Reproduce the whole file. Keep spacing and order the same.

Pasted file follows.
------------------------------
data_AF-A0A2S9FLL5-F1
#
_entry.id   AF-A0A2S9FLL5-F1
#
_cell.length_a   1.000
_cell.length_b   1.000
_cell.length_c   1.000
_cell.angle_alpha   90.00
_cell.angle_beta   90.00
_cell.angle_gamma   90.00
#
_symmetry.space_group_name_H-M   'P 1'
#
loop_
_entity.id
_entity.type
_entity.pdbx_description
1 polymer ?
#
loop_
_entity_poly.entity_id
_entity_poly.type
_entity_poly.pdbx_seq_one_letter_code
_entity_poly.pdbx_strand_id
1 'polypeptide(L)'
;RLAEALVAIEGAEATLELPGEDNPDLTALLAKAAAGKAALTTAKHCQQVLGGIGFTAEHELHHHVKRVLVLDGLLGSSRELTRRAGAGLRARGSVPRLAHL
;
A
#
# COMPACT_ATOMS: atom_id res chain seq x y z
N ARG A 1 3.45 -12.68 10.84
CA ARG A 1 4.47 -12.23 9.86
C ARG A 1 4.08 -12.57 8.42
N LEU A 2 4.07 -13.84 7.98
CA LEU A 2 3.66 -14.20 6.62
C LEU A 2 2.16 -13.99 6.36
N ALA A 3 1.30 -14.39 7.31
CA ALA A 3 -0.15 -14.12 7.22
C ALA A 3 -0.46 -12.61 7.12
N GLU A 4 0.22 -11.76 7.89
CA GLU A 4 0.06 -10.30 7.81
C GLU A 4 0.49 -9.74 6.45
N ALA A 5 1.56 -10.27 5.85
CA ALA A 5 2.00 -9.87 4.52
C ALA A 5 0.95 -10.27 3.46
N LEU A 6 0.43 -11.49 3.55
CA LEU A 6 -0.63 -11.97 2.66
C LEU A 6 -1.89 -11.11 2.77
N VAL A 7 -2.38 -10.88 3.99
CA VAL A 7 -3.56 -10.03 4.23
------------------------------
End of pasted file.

data_AF-A0A2S9FLL5-F1
#
_entry.id   AF-A0A2S9FLL5-F1
#
_cell.length_a   1.000
_cell.length_b   1.000
_cell.length_c   1.000
_cell.angle_alpha   90.00
_cell.angle_beta   90.00
_cell.angle_gamma   90.00
#
_symmetry.space_group_name_H-M   'P 1'
#
loop_
_entity.id
_entity.type
_entity.pdbx_description
1 polymer ?
#
loop_
_entity_poly.entity_id
_entity_poly.type
_entity_poly.pdbx_seq_one_letter_code
_entity_poly.pdbx_strand_id
1 'polypeptide(L)'
;RLAEALVAIEGAEATLELPGEDNPDLTALLAKAAAGKAALTTAKHCQQVLGGIGFTAEHELHHHVKRVLVLDGLLGSSRELTRRAGAGLRARGSVPRLAHL
;
A
#
# COMPACT_ATOMS: atom_id res chain seq x y z
N ARG A 1 3.45 -12.68 10.84
CA ARG A 1 4.47 -12.23 9.86
C ARG A 1 4.08 -12.57 8.42
N LEU A 2 4.07 -13.84 7.98
CA LEU A 2 3.66 -14.20 6.62
C LEU A 2 2.16 -13.99 6.36
N ALA A 3 1.30 -14.39 7.31
CA ALA A 3 -0.15 -14.12 7.22
C ALA A 3 -0.46 -12.61 7.12
N GLU A 4 0.22 -11.76 7.89
CA GLU A 4 0.06 -10.30 7.81
C GLU A 4 0.49 -9.74 6.45
N ALA A 5 1.56 -10.27 5.85
CA ALA A 5 2.00 -9.87 4.52
C ALA A 5 0.95 -10.27 3.46
N LEU A 6 0.43 -11.49 3.55
CA LEU A 6 -0.63 -11.97 2.66
C LEU A 6 -1.89 -11.11 2.77
N VAL A 7 -2.38 -10.88 3.99
CA VAL A 7 -3.56 -10.03 4.23